Every year I look forward to the images and summary of the Shohin potters exhibition held during Gafu Ten in January and sponsored by the Japan Shohin Bonsai Association. But this year I was anticipating the results something special as I had two friends in the exhibition.
This will be my 4th article on the exhibition, tempus fugit and all that, click on the “Table of Contents” page for the previous articles on the 2012-2014 exhibitions.
Due to the large volume of images and detail photos, I’ve separated this article into two posts, the winners and special exhibitions and other entries. Stay tuned for part two later today.
However, before we take a look at the winners and the exhibition photos, allow me a second to once again congratulate British Potter Andrew Pearson, of Stone Monkey Ceramics, first for having the fortitude to even enter the show(at the clearly right headed urging of Peter Warren and Akiyama San), and second, and foremost, for taking a gold award in the unglazed category. Well done Monkey.
I’d also like to congratulate my friend Ruban Yu of Taiwan for his excellent showing in the exhibition.
Special thanks for permission to use their images for these posts goes out to Mark and Rita Cooper, Miyazato Rintaro, Koji Yoshida, Dario Mader, and Haruyosi. Thanks Again!
Now, on to the pots!
The Award Winners
Andrew Pearson’s Gold award winning unglazed trio. The attention to detail is outstanding, in both the razor sharp lines and relief carvings. The display is very well presented also. Andrew is the first Western Bonsai potter to exhibit at major exhibition in Japan, and certainly the first to take Top Prize. Sure, this site is called Japanese bonsai pots….but anybody who wins a show in Japan qualifies in my book.
More of Andy’s pots can be seen(and purchased) here:
Stone Monkey Ceramics
The Silver Award for unglazed containers went to the artist Hiroshi(宏) Sugiahima Shigehiro, for a trio of stained, or perhaps Matte or slip coated pieces. Very interesting colors and forms to these pieces.
The bronze for unglazed containers was awarded to Yatani Kouhei, who goes by the artist name Ryusai. The containers are especially impressive when one considers that this artist has only been making bonsai and containers since 2012.
This year’s top award for Glazed pots went to Shinobu, who some of you may remember from the 9th show, where he took the top prize in UNGLAZED containers! From last years post: “The Gold in unglazed containers was awarded to Shinobu(忍), of the bonsai garden Amemiya-En(雨宮園) in Yamanashi.”
The glazes on these pieces are pretty spectacular, varied, complex, but still very easily usable. Impressive clay work and container shape as well.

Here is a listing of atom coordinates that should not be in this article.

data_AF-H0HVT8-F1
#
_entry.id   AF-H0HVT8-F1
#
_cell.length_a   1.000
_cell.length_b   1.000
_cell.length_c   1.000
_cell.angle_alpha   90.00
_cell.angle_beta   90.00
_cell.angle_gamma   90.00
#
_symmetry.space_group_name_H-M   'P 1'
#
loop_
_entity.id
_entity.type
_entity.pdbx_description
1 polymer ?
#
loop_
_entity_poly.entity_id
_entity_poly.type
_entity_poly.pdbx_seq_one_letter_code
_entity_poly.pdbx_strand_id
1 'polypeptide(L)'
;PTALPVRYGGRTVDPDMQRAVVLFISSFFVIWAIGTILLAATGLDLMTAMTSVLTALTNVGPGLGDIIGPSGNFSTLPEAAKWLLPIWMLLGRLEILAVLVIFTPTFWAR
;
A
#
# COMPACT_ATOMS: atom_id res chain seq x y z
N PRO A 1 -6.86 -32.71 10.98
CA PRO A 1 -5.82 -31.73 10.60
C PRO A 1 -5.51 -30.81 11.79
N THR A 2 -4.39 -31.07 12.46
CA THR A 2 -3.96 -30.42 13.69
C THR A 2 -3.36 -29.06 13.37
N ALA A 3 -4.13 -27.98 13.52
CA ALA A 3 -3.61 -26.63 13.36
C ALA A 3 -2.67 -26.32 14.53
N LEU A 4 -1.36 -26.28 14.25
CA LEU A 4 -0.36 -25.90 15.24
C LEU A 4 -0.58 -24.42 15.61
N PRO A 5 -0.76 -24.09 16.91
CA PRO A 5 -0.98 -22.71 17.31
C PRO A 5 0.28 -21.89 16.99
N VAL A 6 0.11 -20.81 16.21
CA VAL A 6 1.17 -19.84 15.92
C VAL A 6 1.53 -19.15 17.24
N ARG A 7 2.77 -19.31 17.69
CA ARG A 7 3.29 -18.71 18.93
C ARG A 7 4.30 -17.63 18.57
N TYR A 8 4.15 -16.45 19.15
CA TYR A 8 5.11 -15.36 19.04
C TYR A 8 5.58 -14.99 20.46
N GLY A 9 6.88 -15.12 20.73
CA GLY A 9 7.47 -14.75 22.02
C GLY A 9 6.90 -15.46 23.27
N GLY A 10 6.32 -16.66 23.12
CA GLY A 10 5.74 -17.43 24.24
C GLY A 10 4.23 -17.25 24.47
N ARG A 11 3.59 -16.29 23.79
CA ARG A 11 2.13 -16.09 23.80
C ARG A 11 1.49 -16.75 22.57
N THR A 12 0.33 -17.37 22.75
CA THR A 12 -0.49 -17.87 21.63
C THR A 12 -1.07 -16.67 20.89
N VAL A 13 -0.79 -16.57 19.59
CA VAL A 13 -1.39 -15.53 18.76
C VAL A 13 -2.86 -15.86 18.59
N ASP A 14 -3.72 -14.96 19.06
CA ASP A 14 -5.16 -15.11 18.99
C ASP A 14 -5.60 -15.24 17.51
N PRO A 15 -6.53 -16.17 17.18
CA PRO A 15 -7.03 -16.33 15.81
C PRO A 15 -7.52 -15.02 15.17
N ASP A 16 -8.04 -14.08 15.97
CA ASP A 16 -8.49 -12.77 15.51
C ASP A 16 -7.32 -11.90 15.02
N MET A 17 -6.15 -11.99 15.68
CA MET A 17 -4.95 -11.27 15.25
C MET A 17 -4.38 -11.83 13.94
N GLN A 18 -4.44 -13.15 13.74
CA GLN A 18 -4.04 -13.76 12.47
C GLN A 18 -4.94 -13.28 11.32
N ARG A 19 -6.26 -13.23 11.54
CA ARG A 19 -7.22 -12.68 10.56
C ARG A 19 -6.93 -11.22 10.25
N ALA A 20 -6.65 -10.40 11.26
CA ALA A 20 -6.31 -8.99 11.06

The silver award for Glazed pottery went to one of FOUR students of blog favorite Fukuda Shigeru(Bushuan) who were chosen to exhibit in this show. The artist is Kyuji Jinbo , who goes by the names Jinkozan (神久山) or Jinbe(じんべ). He also entered in the unglazed category. Interesting glazes and good looking clay work as well. The red is decidedly reminiscent of his teacher’s clean red glazes.
The bronze award for Glazed pieces went to Matsuda Tsutomu, or 静雲寺. Another bronze award winner whose work is most impressive in the very short length of time spent in the art…3 years in this case.
Top honors in the painted category went to Yamada Shigetoshi, who goes by the artist name Shun(俊). I’ve written an article about this artist before, here:
Fine details, both in the painting and the varied shapes and feet of the containers, made this display the clear winner.
One of two Kutani area painters in this exhibition, Kutani Aritomo took the silver award for painted porcelain. Very detailed paintings, and excellent clay work in a myriad of shapes. The demon foot piece is especially nice. A little variety in the color could’ve won top honors I think.
Bronze was awarded to Yokotani Toshihide, formerly known as Shuzan, now working under the name Shunhou(俊峯). Shunhou is a former apprentice of Owari Yuhou, who I’ve featured on the blog before. Good variety in shape and color. Excellent pieces.
There were two special entries in this years show, from Veteran potters Ito Gekko and Watanabe Kazuhiro.
Ikkou’s exhibit in the show. A very cool display comprising the four most common classical unglazed natural colors and Ikkou’s own brand:
In order, they are Kurodei(黒泥-black clay), Shidei(紫泥-purple clay), Shirodei(白泥-white/tan clay), Shudei(朱泥-vermillion clay), and Koudei(紅泥-Ikkou’s own Red clay. Actually a little brighter than classical Shudei!).
In addition to the Modern Potters competition, Gafu Ten is also host to a couple of other exhibitions. This year there was an International Shohin photo competition, and congratulations to Mark and Rita Cooper, Pedro Morales, and 張珺理 for their awards. In addition, every year the Shohin bonsai, containers, stands, and stones that are selected and named treasures of Shohin Bonsai are also displayed. Of special note this year were two complete sets of Tsukinowa Yusen’s paintings of Ando’s 53 Stations of the Tokkaido Road.
Yusen’s Tokaido Road containers are composed of 55 painted pots and 5 blank porcelain pieces, to even out to five 12 pot sets. It’s exceptional that two complete sets have remained together.
I hope you’ve enjoyed this first look at the 10th Modern Potters Exhibition!
Stay Tuned, part 2 coming up tomorrow!
Reblogged this on Kitora no do.
Excellent article Michael, adds quality and insight to all those pictures that have been posted on social media
Reblogged this on Bonsai & Yamadori from Tony Tickle and commented:
One for My buddy Stone Monkey
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